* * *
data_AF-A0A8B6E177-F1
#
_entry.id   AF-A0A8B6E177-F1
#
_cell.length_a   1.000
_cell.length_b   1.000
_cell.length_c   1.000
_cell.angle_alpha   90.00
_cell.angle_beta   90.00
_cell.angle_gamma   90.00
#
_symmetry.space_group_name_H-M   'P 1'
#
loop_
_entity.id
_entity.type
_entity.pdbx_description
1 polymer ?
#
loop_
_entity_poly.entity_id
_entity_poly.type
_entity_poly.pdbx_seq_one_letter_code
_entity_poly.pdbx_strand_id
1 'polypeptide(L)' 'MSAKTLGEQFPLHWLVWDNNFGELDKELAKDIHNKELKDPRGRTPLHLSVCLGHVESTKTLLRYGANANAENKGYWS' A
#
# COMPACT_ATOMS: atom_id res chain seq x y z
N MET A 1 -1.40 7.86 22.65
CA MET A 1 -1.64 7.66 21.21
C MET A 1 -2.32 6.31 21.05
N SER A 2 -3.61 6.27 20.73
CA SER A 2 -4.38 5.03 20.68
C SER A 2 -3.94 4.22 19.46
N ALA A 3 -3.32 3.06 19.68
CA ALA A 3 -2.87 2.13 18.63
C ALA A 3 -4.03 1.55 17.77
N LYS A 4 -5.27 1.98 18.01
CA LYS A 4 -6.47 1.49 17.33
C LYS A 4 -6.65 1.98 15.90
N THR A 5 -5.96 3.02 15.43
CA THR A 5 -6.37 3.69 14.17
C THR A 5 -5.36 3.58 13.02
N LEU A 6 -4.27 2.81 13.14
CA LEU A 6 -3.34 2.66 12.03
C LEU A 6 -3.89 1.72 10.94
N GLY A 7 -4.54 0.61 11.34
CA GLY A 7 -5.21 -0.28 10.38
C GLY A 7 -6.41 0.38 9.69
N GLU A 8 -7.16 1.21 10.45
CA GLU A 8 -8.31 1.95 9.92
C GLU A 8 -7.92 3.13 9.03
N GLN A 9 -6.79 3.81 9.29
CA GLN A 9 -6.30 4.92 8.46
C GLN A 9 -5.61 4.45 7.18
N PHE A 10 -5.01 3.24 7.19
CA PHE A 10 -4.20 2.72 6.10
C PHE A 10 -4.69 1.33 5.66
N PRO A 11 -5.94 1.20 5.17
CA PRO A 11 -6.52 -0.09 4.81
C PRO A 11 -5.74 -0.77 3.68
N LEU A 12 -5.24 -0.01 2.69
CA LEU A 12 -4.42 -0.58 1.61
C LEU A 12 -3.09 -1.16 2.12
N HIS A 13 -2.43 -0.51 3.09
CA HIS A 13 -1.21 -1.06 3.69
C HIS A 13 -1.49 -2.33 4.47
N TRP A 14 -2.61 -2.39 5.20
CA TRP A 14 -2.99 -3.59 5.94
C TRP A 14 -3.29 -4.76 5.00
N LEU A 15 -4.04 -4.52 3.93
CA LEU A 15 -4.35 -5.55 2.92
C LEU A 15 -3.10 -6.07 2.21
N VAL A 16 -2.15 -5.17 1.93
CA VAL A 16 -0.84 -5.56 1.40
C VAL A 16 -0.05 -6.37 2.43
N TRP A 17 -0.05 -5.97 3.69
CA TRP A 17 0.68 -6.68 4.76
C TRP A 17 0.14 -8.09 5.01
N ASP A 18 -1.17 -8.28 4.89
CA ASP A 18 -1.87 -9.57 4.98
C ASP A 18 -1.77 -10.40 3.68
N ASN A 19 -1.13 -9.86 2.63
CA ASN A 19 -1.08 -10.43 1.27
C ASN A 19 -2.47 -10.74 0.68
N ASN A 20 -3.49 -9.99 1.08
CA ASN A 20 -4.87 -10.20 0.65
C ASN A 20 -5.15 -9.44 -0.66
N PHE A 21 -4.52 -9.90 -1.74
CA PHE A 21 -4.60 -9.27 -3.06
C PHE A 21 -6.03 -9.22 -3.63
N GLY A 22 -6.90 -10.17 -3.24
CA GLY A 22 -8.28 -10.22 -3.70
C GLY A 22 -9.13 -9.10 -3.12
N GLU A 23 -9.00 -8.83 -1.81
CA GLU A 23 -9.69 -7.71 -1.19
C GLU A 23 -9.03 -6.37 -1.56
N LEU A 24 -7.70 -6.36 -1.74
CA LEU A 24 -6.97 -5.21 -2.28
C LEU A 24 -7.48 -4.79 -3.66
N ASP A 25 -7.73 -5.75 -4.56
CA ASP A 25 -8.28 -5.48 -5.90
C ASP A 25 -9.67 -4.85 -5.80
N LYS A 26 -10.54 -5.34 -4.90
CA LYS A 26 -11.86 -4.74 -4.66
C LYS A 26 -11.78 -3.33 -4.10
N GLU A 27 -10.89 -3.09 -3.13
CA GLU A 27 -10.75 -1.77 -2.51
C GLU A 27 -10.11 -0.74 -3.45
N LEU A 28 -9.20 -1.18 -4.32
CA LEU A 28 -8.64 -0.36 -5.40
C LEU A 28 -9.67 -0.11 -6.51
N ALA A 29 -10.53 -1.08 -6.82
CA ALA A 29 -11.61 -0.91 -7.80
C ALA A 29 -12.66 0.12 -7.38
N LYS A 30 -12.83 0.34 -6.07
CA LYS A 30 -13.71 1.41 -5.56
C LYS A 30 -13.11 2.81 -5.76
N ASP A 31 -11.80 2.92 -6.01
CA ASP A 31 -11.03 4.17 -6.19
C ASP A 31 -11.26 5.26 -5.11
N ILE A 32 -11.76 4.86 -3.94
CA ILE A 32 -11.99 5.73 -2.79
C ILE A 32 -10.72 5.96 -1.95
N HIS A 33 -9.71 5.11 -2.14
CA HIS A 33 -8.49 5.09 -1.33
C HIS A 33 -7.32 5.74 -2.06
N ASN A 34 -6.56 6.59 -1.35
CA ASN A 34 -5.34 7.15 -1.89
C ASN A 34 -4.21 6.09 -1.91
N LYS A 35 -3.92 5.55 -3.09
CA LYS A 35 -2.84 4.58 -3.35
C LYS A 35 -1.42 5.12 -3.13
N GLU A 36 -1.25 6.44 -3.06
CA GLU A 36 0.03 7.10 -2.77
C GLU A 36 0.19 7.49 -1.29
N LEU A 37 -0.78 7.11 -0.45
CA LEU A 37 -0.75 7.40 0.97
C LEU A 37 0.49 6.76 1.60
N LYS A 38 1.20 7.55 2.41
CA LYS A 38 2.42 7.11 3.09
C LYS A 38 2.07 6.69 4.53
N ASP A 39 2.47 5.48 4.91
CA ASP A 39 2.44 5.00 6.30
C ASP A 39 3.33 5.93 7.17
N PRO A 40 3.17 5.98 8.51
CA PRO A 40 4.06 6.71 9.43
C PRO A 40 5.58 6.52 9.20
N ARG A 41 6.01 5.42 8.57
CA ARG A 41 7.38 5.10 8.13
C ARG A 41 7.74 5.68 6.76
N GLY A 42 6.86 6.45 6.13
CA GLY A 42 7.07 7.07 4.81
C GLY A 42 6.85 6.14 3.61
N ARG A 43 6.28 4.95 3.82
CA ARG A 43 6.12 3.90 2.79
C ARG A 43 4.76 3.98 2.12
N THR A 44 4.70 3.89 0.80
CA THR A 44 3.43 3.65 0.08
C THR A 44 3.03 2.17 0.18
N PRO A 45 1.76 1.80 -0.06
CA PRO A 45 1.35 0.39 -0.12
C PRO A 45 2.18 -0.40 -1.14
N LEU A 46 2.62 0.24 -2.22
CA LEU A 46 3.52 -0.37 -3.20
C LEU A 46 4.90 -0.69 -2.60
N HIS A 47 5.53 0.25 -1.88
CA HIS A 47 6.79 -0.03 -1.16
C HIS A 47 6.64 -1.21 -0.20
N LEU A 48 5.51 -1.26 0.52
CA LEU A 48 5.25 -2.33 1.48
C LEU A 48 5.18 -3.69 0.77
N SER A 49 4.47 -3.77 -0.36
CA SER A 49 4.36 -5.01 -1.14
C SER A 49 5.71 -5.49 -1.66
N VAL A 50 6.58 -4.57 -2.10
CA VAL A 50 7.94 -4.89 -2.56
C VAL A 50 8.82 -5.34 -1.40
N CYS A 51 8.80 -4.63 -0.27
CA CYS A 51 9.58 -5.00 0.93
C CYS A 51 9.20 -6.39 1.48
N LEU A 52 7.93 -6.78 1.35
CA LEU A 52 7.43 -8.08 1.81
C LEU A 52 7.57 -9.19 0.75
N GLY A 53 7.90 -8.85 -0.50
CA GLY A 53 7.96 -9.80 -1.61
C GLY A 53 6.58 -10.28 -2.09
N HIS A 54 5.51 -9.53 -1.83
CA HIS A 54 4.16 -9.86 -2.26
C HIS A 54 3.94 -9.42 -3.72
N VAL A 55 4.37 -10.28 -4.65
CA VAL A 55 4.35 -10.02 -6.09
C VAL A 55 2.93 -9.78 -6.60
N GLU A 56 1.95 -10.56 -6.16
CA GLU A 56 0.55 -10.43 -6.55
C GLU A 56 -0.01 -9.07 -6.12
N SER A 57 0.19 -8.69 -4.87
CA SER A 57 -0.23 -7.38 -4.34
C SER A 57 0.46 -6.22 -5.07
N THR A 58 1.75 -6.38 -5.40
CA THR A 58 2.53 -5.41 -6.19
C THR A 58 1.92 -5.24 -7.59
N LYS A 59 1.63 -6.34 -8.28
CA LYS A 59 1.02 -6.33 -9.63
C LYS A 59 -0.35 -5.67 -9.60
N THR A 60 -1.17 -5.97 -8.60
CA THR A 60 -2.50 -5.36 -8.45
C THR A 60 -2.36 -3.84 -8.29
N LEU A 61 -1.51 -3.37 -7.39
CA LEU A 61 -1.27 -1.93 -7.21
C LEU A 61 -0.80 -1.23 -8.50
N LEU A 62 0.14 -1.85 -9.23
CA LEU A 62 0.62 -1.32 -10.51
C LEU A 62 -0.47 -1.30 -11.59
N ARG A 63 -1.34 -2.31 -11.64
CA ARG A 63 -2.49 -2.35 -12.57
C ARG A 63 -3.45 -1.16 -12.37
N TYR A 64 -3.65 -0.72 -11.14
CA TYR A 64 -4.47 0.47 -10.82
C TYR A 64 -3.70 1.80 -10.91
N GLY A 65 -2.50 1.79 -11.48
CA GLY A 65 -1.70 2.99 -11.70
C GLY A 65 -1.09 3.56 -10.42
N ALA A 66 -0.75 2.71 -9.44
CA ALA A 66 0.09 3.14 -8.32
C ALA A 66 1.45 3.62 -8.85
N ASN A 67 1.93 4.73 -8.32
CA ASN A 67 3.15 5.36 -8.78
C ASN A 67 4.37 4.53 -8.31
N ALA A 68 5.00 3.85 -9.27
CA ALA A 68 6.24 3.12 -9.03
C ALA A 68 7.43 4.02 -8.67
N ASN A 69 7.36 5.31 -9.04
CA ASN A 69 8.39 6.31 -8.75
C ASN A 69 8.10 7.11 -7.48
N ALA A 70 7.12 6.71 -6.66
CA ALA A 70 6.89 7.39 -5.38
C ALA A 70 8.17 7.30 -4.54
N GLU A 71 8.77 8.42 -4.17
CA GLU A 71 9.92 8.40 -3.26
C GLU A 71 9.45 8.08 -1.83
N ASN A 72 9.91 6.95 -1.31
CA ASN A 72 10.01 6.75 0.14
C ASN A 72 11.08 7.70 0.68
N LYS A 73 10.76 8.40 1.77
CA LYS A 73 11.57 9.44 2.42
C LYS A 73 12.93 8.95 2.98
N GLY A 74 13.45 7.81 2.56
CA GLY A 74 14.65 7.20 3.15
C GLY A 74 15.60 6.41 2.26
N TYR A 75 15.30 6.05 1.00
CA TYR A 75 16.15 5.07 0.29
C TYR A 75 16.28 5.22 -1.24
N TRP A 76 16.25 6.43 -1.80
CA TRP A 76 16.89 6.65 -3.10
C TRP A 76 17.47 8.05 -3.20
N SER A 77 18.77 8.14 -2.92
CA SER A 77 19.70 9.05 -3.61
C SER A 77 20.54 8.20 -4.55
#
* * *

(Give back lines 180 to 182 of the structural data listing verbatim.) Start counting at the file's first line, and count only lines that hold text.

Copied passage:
C CYS A 51 9.20 -6.39 1.48
N LEU A 52 7.93 -6.78 1.35
CA LEU A 52 7.43 -8.08 1.81